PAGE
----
The general consensus right now is that the United States economy is strong, having raised every year for the past decade. One would therefore expect U.S. life expectancy to follow an upward trend as well, but the Centers for Disease Control and Prevention have recently revealed that for the second time in three years, in 2017 compared to 78.7 in 2016.
The number of deaths in 2017, 2.8 million, “was the most deaths in a single year since the government began counting more than a century ago,” according to the Associated Press.
At first glance, it could be argued that maybe this is just a result of an increasing population — the more people alive, the more people die. However, if we break down the numbers, the picture becomes more nuanced and concerning.
The decrease in life expectancy was primarily driven by rises in suicide and drug overdose rates. Overdose deaths increased by 9.6 percent from the previous year and suicide rates by 3.7 percent.
The contrast between 2017 rates and 1999 rates is even more cause for alarm. The suicide rate in 1999 was 10.5 per 100,000 deaths, while today it has risen to 14.5, the highest rate in 50 years. Similarly in 2017, the drug overdose death rate was 21.7 per 100,000 deaths, while in 1999 that number was only 6.1.
There are two big reasons why life expectancy fell. First, the steady decline in deaths from heart disease has normally been enough to offset increases in deaths from other causes — recently, however, that rate has stopped falling. And second, drug overdoses and suicides in 2017 most affected . Deaths in this range influence life expectancy numbers more significantly.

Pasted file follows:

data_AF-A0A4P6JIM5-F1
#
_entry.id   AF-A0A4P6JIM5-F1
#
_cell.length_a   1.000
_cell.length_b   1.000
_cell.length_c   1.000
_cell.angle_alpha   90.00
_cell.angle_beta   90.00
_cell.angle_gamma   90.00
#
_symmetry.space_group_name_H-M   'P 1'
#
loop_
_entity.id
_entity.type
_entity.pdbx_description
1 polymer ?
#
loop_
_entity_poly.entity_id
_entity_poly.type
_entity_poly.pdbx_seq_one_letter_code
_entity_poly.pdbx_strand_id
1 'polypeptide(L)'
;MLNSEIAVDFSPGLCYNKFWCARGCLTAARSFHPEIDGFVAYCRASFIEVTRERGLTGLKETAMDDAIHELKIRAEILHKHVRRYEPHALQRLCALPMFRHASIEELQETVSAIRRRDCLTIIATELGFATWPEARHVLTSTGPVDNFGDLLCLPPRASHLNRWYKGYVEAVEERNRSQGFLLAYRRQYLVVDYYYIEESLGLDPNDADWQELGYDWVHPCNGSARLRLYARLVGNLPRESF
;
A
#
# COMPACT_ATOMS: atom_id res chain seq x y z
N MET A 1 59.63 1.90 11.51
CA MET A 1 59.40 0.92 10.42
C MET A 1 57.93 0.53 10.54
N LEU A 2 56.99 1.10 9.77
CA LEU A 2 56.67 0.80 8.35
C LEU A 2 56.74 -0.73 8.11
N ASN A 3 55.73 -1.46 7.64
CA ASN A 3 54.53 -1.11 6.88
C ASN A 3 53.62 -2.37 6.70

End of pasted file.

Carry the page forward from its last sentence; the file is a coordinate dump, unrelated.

In other words, as the CDC director Robert Redfield said in a statement, “We are losing too many Americans, too early and too often, to conditions that are preventable.”
It’s worth noting that of the 47,600 deaths from opioids, 28,500 were from synthetic opioids, mainly fentanyl. That is a 45 percent increase from the previous year.
Although the U.S. began receiving $1 billion in 2017 to fight the opioid crisis, they should have received funds as early as 2015 when substance abuse problems began growing. At the very least, now that President Trump has declared the situation a national emergency, we may finally address the problem properly.
One way to do that, as Michael Botticelli of the Grayken Center for Addiction at Boston Medical Center points out, is to expand access to naloxone, which reverses opioid overdoses. It would be appropriate and fair if health insurers were required to cover this drug.
Also, as pointed out , funding should go into finding alternative solutions to pain relief that don’t involve opioids. For example, scientists are investigating the pain nerve cells to see if there is a way to turn them off directly.
It is difficult for researchers to tell why suicide rates have risen, but some suggest that Americans feel increasingly hopeless about the future. The , which was conducted during the midterm election, found that “about half of voters nationwide said they expect life in America for the next generation to be worse off than it is today.”
The widening income gap, increases in racial discrimination, gun violence and a range of other ubiquitous issues are probably contributing to this perception.
But proven methods of suicide prevention have been identified, so we know ways to fix the problem. The barrier is that the efforts have been scaled up to a national level, and therefore both the federal and state governments need to put funds into making that possible.
The U.S. touts itself as the richest country in the world. In order for the country’s wealth to matter, though, that prosperity must reach the citizens. We cannot have a nation where the people die young.
Fortunately, indexes such as life expectancy help us determine what problems we need to address. Let us act on that data so that we can ensure prosperity and happiness for all.
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